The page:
For many, sustainable distribution is all about doing what would have previously been called ‘lean logistics’ – the difference is doing it well. The concept of Lean is fundamentally centred on taking out non-valueadded effort, with the “value” being what the customer values about the product or service. The unnecessary activity that lean aims to remove consumes effort and energy and removing it achieves the double benefit of reducing cost and improving the sustainability of the whole operation.

Increasingly though, our clients see taking out cost in conjunction with taking out carbon. Carbon costs money – taking it out reduces waste and saves not just the environment but also hard cash. An example of this is the increased usage of double decked vehicles for dedicated fleets in the UK as they become refreshed.

Tesco and Asda are among several UK retailers that have invested in double-deck vehicles to reduce cost and carbon. Typically double-deck vehicles give 70% more carrying capacity for limited cost. When looked at over the operating life of the asset, it is not a surprise to see increasing numbers of these vehicles on the roads as companies renew their fleet. Other major users of transport, such as Marks and Spencer, are investing in aerodynamically profiled articulated trailers which are 10% more fuel efficient and have up to 9% more carrying capacity than standard vehicles.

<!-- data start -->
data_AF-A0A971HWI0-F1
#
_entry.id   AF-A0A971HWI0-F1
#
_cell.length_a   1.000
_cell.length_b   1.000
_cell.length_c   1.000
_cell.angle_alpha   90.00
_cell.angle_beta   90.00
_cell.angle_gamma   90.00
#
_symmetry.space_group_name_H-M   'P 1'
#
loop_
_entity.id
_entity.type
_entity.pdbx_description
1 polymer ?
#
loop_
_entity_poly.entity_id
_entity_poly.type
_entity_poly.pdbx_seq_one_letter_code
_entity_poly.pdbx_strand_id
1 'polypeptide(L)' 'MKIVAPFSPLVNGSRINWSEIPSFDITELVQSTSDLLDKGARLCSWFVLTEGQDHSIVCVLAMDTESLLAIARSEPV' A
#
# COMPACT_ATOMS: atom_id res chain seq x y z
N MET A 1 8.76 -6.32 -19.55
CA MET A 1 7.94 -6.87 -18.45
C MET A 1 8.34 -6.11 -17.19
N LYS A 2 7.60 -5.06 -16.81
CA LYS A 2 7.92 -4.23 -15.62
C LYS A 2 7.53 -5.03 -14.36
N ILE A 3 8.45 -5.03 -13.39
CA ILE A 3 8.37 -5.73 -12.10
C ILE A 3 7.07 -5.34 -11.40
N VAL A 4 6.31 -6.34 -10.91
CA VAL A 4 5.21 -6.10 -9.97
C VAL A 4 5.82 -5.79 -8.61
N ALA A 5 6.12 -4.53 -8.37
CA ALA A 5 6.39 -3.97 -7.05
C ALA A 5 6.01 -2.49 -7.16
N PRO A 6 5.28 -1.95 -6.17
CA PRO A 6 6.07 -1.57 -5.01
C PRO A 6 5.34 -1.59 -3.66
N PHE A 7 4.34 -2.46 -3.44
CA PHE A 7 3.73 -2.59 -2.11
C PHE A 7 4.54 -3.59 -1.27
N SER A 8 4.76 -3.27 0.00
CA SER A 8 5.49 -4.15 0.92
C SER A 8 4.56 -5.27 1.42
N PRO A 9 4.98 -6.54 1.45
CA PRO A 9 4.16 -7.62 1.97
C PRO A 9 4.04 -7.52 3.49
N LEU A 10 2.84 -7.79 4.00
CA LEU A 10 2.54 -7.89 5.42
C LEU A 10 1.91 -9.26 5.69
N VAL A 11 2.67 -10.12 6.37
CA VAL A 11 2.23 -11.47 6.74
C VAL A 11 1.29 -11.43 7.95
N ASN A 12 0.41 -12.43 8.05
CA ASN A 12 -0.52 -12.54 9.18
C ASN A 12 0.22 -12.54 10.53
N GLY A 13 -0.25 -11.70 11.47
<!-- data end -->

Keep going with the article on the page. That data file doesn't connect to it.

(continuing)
By increasing average vehicle fill in this way, businesses can drive significant cost savings and reduce transport miles. For example, Asda have a sustained focused on this area and have increased average vehicle fill by more that 25% over levels achieved 4 years ago.

Other companies, particularly retailers, have been increasing the sustainability of their distribution by reducing the use of “one trip” transit packaging.

For some, this is a transition from cardboard “onetrip” cartons to reusable plastic totes and wheeled merchandise units. Others, such as B&Q, have extended the concept to the delivery of kitchen worktops as these are high value, easily damaged large and previously had been packaged in cardboard which was then thrown away as waste after the delivery. B&Q are now using reusable plastic packaging, generating the economic benefit of reduced packaging and also less scrapping of damaged worktops, with the damage rate falling from around 6% to less than 1%. The sustainability benefits include less transit cardboard waste and all of the additional benefit of avoiding the need to produce and distribute new worktops to replace those damaged in transit.

Continuing this quest for green transportation options, there is growing interest in the use of electric vans for their sustainability and economic benefits – both in the sub 3.5 tonne and 9 tonne categories. The area where electric vans seem to be getting the most traction is in the urban delivery with DHL, UPS and Royal Mail undertaking trials for parcel delivery and the major food retailers including Marks and Spencer, Tesco and Sainsbury’s all trying out electric vans for their short route deliveries.

So in the unprecedented environment we live in today, where many organisations have tried all the traditional levers with some short term gain, leading organisations are applying sustainable and lean principles diligently to their warehouse and transport operations whilst also keeping an eye on the long term strategic network configuration. As such, sustainable distribution represents a new leaner horizon.